Benefits and Harms of Cranial Electrical Stimulation for Chronic Painful Conditions, Depression, Anxiety, and Insomnia

  title={Benefits and Harms of Cranial Electrical Stimulation for Chronic Painful Conditions, Depression, Anxiety, and Insomnia},
  author={Paul Shekelle and Ian Cook and Isomi M. Miake-Lye and Marika Suttorp Booth and Jessica M. Beroes and Selene S. Mak},
  journal={Annals of Internal Medicine},
Cranial electrical stimulation (CES) is a noninvasive method of applying low-intensity electrical current to the head. It is related to but distinct from other forms of transcranial electrical stimulation, including electroconvulsive therapy and transcranial direct current stimulation. Versions of transcranial electrical stimulation vary in the placement of electrodes and the intensity and waveform of the current (1). According to Guleyupoglu and colleagues (1), CES evolved from the concept of… 
Cranial Electrical Stimulation: What Is It, and Should We Use It in Practice?
  • W. Jonas
  • Medicine, Psychology
    Annals of Internal Medicine
  • 2018
The review by Shekelle and colleagues provides an update on current evidence from randomized controlled trials of CES devices for chronic pain, depression, anxiety, and insomnia, and found the current evidence of effectiveness for any of these conditions to be limited.
A Critical Review of Cranial Electrotherapy Stimulation for Neuromodulation in Clinical and Non-clinical Samples
A critical review of studies using CES in clinical and non-clinical populations found severe methodological concerns, including potential conflicts of interest, risk of methodological and analytic biases, issues with sham credibility, lack of blinding, and a severe heterogeneity of CES parameters selected and employed across scientists, laboratories, institutions, and studies.
Current challenges: the ups and downs of tACS
Some ways in which artefacts of tACS may be better managed using high-frequency protocols are described, and innovative methods for current interactions within the brain that offer either dynamic or more focal current distributions while also minimising transcutaneous effects are described.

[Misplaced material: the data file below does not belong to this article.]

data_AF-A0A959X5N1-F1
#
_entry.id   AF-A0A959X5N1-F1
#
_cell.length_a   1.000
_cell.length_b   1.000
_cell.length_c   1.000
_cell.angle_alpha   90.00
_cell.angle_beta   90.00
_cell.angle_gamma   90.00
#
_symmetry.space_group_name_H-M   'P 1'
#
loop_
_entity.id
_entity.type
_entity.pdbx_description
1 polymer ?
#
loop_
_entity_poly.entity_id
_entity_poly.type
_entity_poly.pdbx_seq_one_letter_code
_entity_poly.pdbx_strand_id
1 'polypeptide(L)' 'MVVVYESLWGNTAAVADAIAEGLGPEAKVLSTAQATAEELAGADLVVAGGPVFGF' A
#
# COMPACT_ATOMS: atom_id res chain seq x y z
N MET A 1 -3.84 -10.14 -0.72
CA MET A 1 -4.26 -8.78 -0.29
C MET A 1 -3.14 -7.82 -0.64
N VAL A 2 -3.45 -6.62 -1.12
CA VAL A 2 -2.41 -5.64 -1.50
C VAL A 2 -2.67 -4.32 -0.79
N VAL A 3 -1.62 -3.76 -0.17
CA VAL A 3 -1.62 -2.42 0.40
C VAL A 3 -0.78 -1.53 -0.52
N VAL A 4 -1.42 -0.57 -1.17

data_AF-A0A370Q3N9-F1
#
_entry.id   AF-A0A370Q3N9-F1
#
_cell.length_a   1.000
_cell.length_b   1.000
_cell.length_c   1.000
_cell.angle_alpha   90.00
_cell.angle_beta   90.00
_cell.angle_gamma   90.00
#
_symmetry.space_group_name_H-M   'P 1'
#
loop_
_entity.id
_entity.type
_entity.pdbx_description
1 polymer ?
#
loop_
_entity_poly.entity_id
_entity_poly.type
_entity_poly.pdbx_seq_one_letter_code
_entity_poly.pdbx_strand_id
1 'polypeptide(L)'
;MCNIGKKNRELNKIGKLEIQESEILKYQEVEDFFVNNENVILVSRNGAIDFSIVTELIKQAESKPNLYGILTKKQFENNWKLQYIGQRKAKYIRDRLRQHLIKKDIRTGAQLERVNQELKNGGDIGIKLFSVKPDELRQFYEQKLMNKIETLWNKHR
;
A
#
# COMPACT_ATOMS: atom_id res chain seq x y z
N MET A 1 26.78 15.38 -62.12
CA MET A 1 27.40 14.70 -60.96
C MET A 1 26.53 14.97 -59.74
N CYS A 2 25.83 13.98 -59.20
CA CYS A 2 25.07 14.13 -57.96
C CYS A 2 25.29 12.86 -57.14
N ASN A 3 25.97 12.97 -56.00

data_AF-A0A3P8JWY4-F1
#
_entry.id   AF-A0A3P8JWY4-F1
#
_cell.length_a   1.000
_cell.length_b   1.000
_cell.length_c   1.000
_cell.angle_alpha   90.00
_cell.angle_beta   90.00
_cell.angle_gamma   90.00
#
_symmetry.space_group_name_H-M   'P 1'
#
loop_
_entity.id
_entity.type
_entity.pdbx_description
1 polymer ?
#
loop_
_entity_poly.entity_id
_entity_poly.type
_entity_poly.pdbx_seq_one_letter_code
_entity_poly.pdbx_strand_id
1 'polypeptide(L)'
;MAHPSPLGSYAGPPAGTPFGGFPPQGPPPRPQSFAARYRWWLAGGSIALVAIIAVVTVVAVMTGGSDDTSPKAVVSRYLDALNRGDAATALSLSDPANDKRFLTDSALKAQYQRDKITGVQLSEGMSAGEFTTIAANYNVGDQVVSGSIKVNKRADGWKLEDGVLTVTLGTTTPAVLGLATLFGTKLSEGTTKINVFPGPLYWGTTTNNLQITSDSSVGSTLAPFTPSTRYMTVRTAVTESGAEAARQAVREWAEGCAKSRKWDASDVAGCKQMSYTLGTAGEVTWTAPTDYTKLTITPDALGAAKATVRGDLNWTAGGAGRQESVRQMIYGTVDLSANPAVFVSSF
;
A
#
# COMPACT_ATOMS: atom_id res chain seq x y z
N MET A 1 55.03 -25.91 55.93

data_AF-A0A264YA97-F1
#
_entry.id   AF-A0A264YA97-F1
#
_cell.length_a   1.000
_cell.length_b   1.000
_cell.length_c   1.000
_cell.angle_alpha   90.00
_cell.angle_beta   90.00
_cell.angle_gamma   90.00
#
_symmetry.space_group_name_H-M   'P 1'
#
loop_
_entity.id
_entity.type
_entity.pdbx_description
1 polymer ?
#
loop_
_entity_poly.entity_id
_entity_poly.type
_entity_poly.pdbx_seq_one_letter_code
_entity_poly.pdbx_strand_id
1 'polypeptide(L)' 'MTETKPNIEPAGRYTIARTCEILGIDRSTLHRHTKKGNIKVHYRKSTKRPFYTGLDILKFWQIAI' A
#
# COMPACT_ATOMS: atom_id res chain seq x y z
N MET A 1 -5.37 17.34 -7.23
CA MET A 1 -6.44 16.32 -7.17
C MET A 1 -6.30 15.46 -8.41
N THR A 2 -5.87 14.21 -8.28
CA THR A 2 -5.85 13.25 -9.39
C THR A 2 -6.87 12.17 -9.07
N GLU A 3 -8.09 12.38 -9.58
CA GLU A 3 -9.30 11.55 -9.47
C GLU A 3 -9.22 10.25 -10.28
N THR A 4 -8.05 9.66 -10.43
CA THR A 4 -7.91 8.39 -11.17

Closed-Loop Transcranial Alternating Current Stimulation: Towards Personalized Non-invasive Brain Stimulation for the Treatment of Psychiatric Illnesses
It is proposed that closed-loop tACS deserves attention as a promising personalized medicine strategy in psychiatry given the urgent need of novel therapeutic interventions for psychiatric disorders.
Ameliorating Emotional Attention through Modulation of Neural Oscillations with Transcranial Alternating Current Stimulation
The results support a seminal outcome for the effect of IAF-tACS on emotional attention modulation, demonstrating a feasible and individual-specific therapy for neuropsychiatric disorders related to emotion processing, especially regarding oscillatory disturbances.
The efficacy of transcranial alternating current stimulation for treating post-stroke depression
This study will be the first randomized controlled trial to evaluate the efficacy and safety of tACS at a 77.5-Hz frequency and 15-mA current in reducing depressive severity in patients with PSD and explore its effect on gamma and beta-oscillations involving in emotional regulation.